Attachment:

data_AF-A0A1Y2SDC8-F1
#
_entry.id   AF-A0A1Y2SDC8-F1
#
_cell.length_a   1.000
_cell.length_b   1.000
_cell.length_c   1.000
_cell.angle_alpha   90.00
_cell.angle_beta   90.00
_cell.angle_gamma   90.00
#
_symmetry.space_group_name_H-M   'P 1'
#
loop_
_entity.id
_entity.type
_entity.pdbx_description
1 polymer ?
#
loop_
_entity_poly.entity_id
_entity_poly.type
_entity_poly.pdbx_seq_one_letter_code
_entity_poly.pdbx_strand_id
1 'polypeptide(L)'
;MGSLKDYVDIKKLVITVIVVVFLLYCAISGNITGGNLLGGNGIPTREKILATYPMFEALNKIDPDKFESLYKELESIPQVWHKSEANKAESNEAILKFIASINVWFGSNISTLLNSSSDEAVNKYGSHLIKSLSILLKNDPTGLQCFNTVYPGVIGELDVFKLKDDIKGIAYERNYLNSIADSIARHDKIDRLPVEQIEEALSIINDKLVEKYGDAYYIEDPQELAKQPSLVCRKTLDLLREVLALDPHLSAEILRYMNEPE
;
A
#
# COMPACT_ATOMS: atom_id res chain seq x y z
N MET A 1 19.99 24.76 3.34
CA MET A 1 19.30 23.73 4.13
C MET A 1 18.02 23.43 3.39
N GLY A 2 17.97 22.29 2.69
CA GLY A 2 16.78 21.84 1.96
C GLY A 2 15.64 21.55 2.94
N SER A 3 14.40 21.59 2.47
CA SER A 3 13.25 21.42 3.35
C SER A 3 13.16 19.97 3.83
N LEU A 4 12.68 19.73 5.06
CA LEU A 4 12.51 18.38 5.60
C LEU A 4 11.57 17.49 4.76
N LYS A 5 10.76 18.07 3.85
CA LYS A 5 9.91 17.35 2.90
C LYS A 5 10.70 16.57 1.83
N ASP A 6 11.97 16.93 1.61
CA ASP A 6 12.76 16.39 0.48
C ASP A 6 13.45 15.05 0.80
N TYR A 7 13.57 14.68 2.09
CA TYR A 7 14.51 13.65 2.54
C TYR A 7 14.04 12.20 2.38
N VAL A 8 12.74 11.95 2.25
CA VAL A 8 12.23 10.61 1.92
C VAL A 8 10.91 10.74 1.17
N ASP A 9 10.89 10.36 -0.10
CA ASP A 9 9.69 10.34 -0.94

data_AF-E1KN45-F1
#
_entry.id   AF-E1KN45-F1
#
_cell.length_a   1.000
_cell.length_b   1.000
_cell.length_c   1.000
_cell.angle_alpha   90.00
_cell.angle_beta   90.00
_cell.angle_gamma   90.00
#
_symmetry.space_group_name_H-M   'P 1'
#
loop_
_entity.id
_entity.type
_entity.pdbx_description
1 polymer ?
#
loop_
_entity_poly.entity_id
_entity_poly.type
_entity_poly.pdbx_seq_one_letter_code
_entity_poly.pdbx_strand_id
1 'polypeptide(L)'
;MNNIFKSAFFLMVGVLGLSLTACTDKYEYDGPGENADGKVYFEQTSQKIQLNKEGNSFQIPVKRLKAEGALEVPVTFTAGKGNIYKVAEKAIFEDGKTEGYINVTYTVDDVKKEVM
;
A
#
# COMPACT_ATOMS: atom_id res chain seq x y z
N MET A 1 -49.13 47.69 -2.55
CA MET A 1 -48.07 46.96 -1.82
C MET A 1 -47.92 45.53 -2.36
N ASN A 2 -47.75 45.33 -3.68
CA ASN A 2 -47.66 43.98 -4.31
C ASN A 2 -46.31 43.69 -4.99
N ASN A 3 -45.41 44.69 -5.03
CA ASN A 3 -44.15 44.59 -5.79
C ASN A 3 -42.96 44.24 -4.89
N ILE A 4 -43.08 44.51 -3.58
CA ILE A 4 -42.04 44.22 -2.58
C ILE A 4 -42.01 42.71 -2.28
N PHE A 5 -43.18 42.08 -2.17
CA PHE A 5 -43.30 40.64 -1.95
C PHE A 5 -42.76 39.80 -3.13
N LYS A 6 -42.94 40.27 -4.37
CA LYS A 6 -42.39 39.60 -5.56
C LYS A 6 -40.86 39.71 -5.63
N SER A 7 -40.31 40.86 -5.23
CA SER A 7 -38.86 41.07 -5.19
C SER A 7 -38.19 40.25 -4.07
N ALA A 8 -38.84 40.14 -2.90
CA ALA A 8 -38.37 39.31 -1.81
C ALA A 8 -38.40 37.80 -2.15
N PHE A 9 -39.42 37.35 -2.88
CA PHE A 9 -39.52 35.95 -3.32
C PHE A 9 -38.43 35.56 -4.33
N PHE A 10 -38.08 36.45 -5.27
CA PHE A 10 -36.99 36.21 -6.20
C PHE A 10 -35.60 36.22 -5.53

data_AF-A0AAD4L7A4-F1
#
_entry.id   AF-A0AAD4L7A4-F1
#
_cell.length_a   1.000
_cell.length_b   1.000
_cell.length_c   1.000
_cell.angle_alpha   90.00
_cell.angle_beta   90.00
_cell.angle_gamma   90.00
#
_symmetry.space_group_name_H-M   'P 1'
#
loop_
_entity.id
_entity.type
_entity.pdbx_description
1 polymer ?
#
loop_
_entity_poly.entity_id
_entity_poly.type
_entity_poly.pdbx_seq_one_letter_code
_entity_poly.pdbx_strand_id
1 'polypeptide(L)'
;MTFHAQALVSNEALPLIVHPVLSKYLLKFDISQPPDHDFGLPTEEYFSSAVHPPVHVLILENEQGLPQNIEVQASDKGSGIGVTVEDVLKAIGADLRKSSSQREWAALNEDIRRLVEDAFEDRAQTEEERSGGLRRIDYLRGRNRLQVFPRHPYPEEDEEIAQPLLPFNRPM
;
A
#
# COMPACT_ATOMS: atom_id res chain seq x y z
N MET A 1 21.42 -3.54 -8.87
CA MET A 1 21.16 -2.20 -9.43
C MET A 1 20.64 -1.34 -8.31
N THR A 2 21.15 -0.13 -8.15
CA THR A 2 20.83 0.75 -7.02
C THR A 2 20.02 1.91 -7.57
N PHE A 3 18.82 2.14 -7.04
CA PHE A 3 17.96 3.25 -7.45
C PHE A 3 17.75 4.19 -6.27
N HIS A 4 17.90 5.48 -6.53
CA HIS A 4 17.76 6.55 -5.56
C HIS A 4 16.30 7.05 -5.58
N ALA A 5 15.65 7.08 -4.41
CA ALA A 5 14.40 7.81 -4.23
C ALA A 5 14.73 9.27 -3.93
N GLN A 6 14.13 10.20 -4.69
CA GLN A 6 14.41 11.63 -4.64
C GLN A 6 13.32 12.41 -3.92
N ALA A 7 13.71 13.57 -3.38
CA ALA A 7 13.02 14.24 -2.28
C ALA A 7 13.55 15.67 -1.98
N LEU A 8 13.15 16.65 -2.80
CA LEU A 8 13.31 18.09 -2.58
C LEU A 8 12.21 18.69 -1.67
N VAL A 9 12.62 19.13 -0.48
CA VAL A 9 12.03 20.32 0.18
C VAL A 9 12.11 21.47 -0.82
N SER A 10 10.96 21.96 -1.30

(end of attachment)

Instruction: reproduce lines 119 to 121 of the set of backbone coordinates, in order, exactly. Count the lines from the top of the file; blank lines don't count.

_entry.id   AF-A0AAD4L7A4-F1
#
_cell.length_a   1.000